attend the meeting. The members of the board will decide whether you are
ready for the status (or not) based on what you provided in the wiki,
based on your answers during the meeting (and on a mailing-list for
developers), and based on what others have to say about you.
The most important boards are usually elected by the
community while others are commonly appointed by the community
council. Those governance bodies include Canonical employees but not as
many as one would expect: two out of eight in the Developer
Membership Board, two out of eight in the Community Council, but
all six members of the Technical Board.
The last figure is not surprising given that the members of the technical
board are appointed by Mark Shuttleworth. The community does not get to
choose, it can only approve the choice by a confirmation vote. The founder
of the distribution clearly wants to keep control on the technical
directions of the project. He's also the only person to have a permanent
seat on both the Community Council and the Technical Board.
Comparison of the statuses between Debian and Ubuntu
The following table summarizes the rights given to each developer role in
the two projects (Put the mouse over the abbreviations to know what they
are referring to).
|Package maintenance via sponsorship||Y||N/A||Y||Y||Y||N/A
|Official email alias||-||Y||Y||Y||Y||Y
|Participate in votes for
|Participate in votes for
|Upload rights restricted to pre-approved packages||Y||-||-||Y||-||-
|Upload rights restricted to a section of the
|Unlimited upload rights||-||Y||-||-||-||Y
|Number of contributors (as of 2010-07-27)||117||904||462||27||85||63
Please note that the number of contributors are not 100% accurate for Ubuntu.
A contributor can have multiple statuses (direct membership to a launchpad group)
granted over time (while gaining experience). The problem has been mostly avoided
by calculating differences between number of members of the various groups but
it's not perfect and it can't be: some MOTU are also PPU for packages in main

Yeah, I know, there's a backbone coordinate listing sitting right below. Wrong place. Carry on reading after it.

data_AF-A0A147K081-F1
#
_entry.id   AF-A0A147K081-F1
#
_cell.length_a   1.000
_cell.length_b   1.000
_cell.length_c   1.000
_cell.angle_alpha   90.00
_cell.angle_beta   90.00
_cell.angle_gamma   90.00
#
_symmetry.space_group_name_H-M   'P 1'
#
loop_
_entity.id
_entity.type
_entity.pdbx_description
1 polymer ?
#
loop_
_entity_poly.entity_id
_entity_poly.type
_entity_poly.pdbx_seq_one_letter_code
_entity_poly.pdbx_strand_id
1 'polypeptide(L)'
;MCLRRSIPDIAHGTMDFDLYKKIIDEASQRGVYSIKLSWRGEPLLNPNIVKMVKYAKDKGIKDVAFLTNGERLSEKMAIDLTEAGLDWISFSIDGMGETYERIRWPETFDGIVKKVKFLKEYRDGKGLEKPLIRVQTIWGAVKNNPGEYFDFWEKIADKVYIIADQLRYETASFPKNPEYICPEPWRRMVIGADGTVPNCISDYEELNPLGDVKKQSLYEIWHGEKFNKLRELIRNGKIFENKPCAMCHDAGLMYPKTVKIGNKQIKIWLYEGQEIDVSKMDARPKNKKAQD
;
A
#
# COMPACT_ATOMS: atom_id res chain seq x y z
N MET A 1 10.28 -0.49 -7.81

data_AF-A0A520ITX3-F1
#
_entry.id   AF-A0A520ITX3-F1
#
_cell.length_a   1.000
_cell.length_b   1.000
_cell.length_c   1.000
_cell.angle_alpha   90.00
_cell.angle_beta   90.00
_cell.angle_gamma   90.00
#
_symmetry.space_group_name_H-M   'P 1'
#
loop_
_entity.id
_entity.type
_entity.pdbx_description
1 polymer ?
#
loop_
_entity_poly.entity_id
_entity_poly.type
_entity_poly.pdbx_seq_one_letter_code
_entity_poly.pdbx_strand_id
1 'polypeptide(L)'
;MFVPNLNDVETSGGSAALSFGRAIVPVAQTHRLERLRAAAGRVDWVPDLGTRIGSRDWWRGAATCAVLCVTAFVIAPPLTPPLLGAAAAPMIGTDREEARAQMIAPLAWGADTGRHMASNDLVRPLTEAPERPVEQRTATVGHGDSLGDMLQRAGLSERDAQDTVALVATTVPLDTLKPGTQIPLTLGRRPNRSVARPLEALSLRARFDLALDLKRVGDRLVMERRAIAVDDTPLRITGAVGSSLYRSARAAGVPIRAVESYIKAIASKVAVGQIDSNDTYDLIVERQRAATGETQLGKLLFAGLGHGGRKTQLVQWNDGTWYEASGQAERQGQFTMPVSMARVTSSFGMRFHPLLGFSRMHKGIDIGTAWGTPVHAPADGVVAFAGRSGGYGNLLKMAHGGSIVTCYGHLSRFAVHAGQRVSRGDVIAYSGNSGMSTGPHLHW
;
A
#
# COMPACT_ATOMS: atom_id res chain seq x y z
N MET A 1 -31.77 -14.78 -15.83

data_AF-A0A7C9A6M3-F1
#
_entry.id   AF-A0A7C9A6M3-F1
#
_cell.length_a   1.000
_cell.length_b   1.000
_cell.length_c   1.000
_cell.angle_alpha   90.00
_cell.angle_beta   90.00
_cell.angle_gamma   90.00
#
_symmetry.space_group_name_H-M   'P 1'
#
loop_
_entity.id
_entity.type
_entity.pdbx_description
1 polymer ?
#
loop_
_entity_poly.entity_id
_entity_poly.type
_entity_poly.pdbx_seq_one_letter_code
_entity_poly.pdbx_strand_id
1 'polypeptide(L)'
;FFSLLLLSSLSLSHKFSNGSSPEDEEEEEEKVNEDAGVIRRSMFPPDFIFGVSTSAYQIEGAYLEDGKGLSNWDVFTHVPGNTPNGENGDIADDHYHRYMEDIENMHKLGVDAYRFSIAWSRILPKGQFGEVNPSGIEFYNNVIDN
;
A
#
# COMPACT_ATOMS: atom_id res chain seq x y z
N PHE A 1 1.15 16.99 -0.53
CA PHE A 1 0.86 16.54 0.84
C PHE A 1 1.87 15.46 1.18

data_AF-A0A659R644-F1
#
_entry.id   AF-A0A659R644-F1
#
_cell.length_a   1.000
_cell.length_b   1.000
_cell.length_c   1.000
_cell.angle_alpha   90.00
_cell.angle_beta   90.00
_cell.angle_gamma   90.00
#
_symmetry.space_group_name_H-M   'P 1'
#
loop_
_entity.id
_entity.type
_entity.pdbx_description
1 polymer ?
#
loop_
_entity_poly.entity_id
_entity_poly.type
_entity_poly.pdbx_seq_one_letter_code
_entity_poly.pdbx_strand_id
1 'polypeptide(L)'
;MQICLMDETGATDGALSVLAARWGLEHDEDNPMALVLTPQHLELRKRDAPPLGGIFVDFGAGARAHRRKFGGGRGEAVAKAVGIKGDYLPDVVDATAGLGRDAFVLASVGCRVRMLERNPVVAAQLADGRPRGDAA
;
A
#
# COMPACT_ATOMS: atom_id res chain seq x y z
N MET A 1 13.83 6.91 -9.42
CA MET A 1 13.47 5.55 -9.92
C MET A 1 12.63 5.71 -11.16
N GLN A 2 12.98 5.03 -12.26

and it's legitimate (but I only counted them as MOTU and not as PPU).
Another limitation is that members of some administrative teams are included
indirectly in many teams and thus appear in the count while they should
Anyway, this simple table makes it obvious that Ubuntu's structure offers
a broader choice of statuses. They acknowledge the work of all contributors
from the start while still giving the most critical rights only to those
who have proven that they deserve them. Despite this difference, Debian still has a
significant advantage in terms of number of developers. That number does
not tell the whole story though: the Ubuntu contributors include many
Canonical employees (e.g. 36 out of 63 core developers have a
@canonical.com email registered on their launchpad account) that are
likely to spend more time working on the distribution than the average
Debian member. But even if comparing person-hours would be a challenging
thought experiment, in practice it's of not much interest if both projects
continue to cooperate and more and more of the contributions flow in
Debian is aware of the shortcomings of its structure. Changes
to better accommodate non-packagers have been discussed several times
already. The last
efforts in that direction were unfortunately perceived as a
solution ready to go rather than a proposal to be discussed, and the
project got quickly buried by a general
resolution (GR). Even if that resolution invited for further discussion
and a new proposal, the truth is that when someone's initiative is
"corrected" by way of GR, it usually kills any motivation to go
On the Ubuntu side, the infrastructural changes were completed recently
and they don't expect any further change in the near future. They
do plan, however, to expand usage of those new features so that more
teams benefit from the possibility to control upload rights on packages
that are relevant to them, and so that more individuals developers apply to
become Per-Package Uploaders on packages that they know very well.
On the Debian side, a recent discussion on
the debian-project list brought back
the topic of the bad
terminology and it was agreed that the "New Maintainer
process" should be renamed into something else ("New Developer process"
has been suggested). But Christoph Berg — Debian Account Manager and hence
heavily involved in the New Maintainer Team — suggested
that Debian would be better off implementing the long-awaited membership changes
before trying to update all the documentation. It would certainly
imply some more vocabulary updates. Later in the discussion, he confirmed
that membership reform is at the top of the TODO list of the new